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Delaware Historical Society hosts August Quarterly interfaith discussion

Courtesty of the Delaware Historical Society

The week-long August Quarterly starts Sunday in Wilmington. The Delaware Historical Society kicks it off Saturday with a panel discussion on interfaith traditions and the Black Church.

August Quarterly has been celebrated for over 200 years in Wilmington. It’s the longest running African American festival in the country.

This year Delaware Historical Society hosts the festival’s first interfaith panel: “The Black Church and Interfaith Traditions.”  

The festival has roots in African Union Methodism, but the Historical Society’s Dr. Angela Winand says it has long attracted participants from various Christian denominations.

“The Quarterly is a celebration of bringing people together around a common identity as African Americans, around a shared spirituality,” she said.


Winand says early on, the festival was a space for building social and political power for African Americans in the region.

“Not just the spirit of fellowship but also representing the importance of literacy and organization,” she said.

Rutgers University professor of American and Women’s and Gender Studies Dr. Sylvia Chan-Malik joins the panel to discuss how Islam has also provided a space of liberation for African Americans.

“Islam exists in this country as a part of Black Power, part of Civil Rights struggles, part of this long march to freedom,” she said. “It’s integral to that narrative.”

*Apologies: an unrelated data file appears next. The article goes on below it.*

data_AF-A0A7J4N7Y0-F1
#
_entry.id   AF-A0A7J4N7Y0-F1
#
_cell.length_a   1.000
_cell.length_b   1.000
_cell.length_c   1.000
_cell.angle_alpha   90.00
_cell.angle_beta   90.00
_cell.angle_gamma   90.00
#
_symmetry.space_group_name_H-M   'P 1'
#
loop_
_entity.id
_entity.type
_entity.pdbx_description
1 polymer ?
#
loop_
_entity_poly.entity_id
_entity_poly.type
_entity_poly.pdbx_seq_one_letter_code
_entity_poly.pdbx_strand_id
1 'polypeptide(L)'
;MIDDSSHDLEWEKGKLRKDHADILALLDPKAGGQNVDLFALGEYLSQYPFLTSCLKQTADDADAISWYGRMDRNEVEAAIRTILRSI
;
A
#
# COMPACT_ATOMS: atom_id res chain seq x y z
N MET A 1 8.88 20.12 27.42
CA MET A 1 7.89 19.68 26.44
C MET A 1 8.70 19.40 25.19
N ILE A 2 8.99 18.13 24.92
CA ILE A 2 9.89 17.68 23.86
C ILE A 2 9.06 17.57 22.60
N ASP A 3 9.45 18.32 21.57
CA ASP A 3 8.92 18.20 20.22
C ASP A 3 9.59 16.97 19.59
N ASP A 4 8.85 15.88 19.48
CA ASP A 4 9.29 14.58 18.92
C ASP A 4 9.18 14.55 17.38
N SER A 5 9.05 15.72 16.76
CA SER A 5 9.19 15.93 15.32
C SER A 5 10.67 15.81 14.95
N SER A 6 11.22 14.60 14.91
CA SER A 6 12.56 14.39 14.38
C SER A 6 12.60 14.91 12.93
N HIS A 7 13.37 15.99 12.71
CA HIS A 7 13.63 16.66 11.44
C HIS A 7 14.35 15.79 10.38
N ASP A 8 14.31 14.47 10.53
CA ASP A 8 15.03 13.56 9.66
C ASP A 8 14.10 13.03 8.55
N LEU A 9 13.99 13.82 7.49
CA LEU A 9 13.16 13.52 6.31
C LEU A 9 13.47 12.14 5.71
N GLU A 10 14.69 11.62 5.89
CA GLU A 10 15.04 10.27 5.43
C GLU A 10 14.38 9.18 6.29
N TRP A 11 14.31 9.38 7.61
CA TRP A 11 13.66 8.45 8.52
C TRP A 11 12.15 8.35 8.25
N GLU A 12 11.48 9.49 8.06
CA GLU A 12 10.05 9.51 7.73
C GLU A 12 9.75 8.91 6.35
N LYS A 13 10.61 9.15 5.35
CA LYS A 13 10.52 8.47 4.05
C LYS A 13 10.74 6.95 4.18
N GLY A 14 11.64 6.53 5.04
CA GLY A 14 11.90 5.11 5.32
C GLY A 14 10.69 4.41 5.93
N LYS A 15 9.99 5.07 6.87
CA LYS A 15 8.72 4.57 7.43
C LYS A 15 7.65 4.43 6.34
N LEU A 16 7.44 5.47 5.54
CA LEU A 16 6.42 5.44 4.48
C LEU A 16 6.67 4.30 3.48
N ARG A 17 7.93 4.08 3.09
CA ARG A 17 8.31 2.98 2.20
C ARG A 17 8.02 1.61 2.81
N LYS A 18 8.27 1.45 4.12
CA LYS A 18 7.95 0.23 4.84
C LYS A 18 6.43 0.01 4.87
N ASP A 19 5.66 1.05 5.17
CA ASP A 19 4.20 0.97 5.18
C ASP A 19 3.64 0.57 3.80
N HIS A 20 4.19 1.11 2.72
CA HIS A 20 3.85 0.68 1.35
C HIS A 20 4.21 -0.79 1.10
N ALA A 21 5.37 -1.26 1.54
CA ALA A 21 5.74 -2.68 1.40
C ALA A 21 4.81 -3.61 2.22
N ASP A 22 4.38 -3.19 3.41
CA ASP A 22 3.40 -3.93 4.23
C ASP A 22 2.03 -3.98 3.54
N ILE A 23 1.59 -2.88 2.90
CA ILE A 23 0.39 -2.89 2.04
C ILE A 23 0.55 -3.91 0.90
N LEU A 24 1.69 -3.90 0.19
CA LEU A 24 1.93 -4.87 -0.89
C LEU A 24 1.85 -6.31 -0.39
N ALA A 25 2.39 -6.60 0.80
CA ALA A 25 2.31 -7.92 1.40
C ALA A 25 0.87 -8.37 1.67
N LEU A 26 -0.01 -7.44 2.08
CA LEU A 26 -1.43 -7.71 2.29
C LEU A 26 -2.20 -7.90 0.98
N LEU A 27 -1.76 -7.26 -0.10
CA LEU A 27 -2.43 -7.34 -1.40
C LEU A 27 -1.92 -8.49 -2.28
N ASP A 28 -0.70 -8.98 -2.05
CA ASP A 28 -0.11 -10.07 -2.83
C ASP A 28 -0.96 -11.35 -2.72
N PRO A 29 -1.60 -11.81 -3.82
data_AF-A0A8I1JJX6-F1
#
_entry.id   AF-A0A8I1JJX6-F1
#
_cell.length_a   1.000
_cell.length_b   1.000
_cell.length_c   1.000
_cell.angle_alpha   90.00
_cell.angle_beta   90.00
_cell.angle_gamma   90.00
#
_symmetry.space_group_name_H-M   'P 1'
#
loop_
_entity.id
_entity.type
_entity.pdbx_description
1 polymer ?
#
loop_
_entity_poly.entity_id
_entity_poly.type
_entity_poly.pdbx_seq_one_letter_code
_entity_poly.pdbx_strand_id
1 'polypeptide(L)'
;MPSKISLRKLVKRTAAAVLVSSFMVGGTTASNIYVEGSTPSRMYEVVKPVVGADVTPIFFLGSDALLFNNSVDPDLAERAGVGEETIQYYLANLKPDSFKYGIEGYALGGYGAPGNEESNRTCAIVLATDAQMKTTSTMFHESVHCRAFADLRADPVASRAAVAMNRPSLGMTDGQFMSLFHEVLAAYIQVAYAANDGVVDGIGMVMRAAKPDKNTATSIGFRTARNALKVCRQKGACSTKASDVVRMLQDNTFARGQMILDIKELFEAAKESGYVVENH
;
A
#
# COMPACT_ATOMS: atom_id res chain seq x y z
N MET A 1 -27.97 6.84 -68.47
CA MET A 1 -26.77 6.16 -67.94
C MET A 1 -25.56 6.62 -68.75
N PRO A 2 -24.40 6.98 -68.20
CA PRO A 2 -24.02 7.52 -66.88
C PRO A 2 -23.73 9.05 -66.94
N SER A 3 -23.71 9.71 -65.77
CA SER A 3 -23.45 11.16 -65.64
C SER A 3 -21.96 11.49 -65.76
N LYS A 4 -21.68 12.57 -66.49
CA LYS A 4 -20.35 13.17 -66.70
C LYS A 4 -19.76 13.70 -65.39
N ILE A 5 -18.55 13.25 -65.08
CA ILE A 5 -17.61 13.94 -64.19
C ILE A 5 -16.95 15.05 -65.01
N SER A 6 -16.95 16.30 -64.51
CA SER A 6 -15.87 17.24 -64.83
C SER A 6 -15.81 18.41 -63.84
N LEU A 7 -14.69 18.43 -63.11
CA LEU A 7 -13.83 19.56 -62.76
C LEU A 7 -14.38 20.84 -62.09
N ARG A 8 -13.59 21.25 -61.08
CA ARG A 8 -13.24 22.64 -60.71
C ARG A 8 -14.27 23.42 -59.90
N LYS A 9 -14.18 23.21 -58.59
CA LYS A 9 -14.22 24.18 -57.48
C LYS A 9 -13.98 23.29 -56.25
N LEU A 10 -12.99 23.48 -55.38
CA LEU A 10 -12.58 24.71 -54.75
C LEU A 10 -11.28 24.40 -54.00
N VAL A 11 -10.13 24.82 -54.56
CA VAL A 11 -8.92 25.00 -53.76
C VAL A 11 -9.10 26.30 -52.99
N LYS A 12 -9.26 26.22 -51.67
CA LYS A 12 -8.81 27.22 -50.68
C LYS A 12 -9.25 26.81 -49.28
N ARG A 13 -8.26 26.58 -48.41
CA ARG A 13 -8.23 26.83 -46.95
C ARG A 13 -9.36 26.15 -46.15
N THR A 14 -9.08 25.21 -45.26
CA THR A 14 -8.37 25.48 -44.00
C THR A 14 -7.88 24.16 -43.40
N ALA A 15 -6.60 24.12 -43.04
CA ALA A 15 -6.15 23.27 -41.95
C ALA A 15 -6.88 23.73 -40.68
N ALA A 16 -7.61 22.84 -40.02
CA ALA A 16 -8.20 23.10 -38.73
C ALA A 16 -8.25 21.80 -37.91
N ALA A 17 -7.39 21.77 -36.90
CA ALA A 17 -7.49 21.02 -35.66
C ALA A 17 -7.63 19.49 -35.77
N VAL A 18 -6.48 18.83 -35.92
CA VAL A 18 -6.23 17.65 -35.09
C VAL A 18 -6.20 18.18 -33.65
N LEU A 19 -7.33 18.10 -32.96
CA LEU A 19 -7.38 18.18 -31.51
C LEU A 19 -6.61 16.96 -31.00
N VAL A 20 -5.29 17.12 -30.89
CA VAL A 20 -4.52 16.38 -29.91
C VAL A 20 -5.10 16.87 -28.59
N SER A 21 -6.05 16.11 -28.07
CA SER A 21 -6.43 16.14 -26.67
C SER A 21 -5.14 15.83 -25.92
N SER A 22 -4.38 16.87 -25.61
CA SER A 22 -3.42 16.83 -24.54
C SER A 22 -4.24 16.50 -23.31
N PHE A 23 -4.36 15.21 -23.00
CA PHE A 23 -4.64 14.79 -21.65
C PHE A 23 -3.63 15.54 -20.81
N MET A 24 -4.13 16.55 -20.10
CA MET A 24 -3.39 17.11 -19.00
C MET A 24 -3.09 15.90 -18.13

Afro-Jewish philosopher, political thinker and University of Connecticut professor Lewis Gordon will also join the panel.

“There is a great deal of misrepresentation of Jewish peoples. Not only non-Jews but also many Jewish people fail to understand that the majority of Jewish people are non-white,” he said. “And so it’s very important to address the invisibility or even worse erasure of … Black Jewish people”

Gordon adds that many don’t realize the influence of Black Jewish themes in American society and the Caribbean.  

The Delaware Historical Society says the discussion will explore how African Americans with diverse spiritual backgrounds have united around a message of liberation.

Other panelists include Christopher Driscoll, assistant professor at Lehigh University, and Monica R. Miller, associate professor at Lehigh University.

The panel will be moderated by Rev. Dr. Lawrence Livingston of the Mother African Union Church—the church at the center of August Quarterly.

Rev. Peter Spencer founded this church and many others, as well as the first  independent African American denomination in the United States in the early 19th Century—and started Wilmington’s August Quarterly tradition.

The panel discussion starts at 2pm Saturday at the Delaware History Museum on Market St.

This year’s August Quarterly festival concludes next Sunday with a morning service at the Chase Center and the traditional “Big Quarterly” celebration at Tubman-Garrett park.

Sophia Schmidt is a Delaware native. She comes to Delaware Public Media from NPR’s Weekend Edition in Washington, DC, where she produced arts, politics, science and culture interviews. She previously wrote about education and environment for The Berkshire Eagle in Pittsfield, MA. She graduated from Williams College, where she studied environmental policy and biology, and covered environmental events and local renewable energy for the college paper.
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